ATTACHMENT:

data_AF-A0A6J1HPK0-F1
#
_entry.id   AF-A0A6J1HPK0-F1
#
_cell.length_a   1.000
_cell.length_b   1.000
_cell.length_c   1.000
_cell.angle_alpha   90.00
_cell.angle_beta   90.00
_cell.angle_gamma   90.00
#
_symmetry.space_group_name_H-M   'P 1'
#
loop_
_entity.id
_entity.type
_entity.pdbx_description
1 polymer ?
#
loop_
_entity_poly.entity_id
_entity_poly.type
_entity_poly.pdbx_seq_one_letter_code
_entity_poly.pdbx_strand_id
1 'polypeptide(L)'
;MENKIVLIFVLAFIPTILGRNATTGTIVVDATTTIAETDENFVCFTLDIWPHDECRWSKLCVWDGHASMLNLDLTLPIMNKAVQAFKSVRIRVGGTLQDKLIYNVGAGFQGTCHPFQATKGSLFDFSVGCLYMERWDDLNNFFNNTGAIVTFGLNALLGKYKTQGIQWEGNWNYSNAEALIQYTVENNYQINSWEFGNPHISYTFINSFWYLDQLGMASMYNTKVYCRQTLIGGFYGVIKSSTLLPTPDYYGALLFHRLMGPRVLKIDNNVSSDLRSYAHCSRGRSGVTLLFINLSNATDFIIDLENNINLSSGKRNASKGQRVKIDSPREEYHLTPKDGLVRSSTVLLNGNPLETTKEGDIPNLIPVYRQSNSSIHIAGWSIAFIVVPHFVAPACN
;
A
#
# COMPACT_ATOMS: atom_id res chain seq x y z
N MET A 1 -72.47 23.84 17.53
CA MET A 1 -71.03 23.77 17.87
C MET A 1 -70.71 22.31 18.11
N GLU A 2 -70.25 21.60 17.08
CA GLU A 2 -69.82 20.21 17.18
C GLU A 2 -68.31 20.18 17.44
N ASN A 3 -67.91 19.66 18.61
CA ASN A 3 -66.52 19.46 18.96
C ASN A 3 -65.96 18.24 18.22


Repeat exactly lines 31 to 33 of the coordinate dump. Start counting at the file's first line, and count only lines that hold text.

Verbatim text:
N MET A 1 -72.47 23.84 17.53
CA MET A 1 -71.03 23.77 17.87
C MET A 1 -70.71 22.31 18.11